This is our first Christmas season in Tennessee and already it’s been a sober time. Sober because of the deaths at Newtown. And I do want to mention my Aunt Ollie, who I last saw six years ago at her 90th birthday celebration in Sea Island, Ga. It was the kind of family reunion of the Hammer side of the family that used to happen during my growing-up years but hadn’t occurred since my Aunt Flora died in 1997. This time it was Ollie’s turn to go on Dec. 5, one month before she would have turned 96. Veeka was partly named after her; her first name ‘Olivia’ comes from Ollie and her mother (my grandmother) Ol. I didn’t have the guts to give Veeka ‘Olive’ as a first name and I regret that now that turn-of-the-20th-century names have become popular. Once she died two weeks ago, my cousins were posting all sorts of photos on Facebook of the old days back in the 1960s when we all lived within driving distance of Philadelphia and went home for Christmas. And the summers we enjoyed at my
grandparents’ place in Ocean City! I spent every summer of my life there until I was 15 and my family moved to Seattle. By 1971, my grandparents had sold their Ocean City home and Ollie and her husband Ellis had bought it. The old days were fading even then because my grandparents were getting too old to maintain two homes. My grandfather Birchie only lived six more years, dying in 1977.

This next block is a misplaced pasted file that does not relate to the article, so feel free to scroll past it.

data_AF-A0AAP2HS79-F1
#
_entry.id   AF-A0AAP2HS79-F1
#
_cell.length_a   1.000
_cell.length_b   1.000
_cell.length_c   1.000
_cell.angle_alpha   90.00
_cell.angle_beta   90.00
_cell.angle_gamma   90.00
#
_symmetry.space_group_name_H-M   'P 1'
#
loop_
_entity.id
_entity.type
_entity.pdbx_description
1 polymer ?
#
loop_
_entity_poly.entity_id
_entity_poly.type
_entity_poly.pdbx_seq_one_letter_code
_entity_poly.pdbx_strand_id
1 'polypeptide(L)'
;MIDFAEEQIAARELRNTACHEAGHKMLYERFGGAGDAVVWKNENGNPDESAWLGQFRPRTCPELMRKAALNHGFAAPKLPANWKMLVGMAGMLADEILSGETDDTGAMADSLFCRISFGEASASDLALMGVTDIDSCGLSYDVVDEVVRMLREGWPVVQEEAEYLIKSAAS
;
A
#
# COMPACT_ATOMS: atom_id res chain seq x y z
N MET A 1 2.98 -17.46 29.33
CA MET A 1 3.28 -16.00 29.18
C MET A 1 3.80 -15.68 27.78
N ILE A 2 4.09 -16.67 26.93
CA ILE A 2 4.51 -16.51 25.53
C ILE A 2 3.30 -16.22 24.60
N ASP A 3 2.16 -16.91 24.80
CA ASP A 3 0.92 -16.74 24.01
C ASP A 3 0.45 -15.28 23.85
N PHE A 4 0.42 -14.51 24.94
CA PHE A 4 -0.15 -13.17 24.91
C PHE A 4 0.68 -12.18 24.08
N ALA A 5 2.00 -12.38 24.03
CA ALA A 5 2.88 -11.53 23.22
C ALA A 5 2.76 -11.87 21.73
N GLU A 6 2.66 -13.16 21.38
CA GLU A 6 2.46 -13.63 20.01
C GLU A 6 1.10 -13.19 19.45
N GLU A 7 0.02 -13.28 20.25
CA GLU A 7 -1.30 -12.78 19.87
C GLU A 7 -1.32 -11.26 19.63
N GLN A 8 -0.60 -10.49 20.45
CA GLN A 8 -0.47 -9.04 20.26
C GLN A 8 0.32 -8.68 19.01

We are fine here. Veeka is finishing up her fall days at school and I am attending a line of Christmas pageants. Last year in Maryland, the holiday play featured a Hanukkah song and two secular ditties. This year in Tennessee, nearly all the songs at her public school were openly Christian. Quelle difference. Because I have to teach kids what it’s like to write scripts for broadcast, I am taking a class during the semester break on how to make videos. Must say that my respect for videographers has increased tremendously now that I’ve tried to make sense of operating a Panasonic camera and stumbled my way through Final Cut Pro, which is a very difficult film editing program. I wanted to make a video for YouTube advertising my latest e-book, which required me to stand in front of several local churches and film folks leaving church (which fits the book title ‘Quitting Church’).
And so I was shooting in front of a Methodist church and didn’t notice one guy looking at me suspiciously; when I turned up in front of another church, this guy approached me, flashed a state trooper badge and asked what I was doing. He believed – I hope – my explanation but he’d already run my license plate through some police dispatcher and he was nervous because of the Newtown shootings. I guess some stranger shooting video in front of churches does attract suspicion these days. Sad times. So here is to hoping that more days of light are ahead. And one more candle for the wreath. As one of my priest friends said on Facebook, “How do you preach about hope when 26 people are killed?” That is why I am a journalist, not a pastor.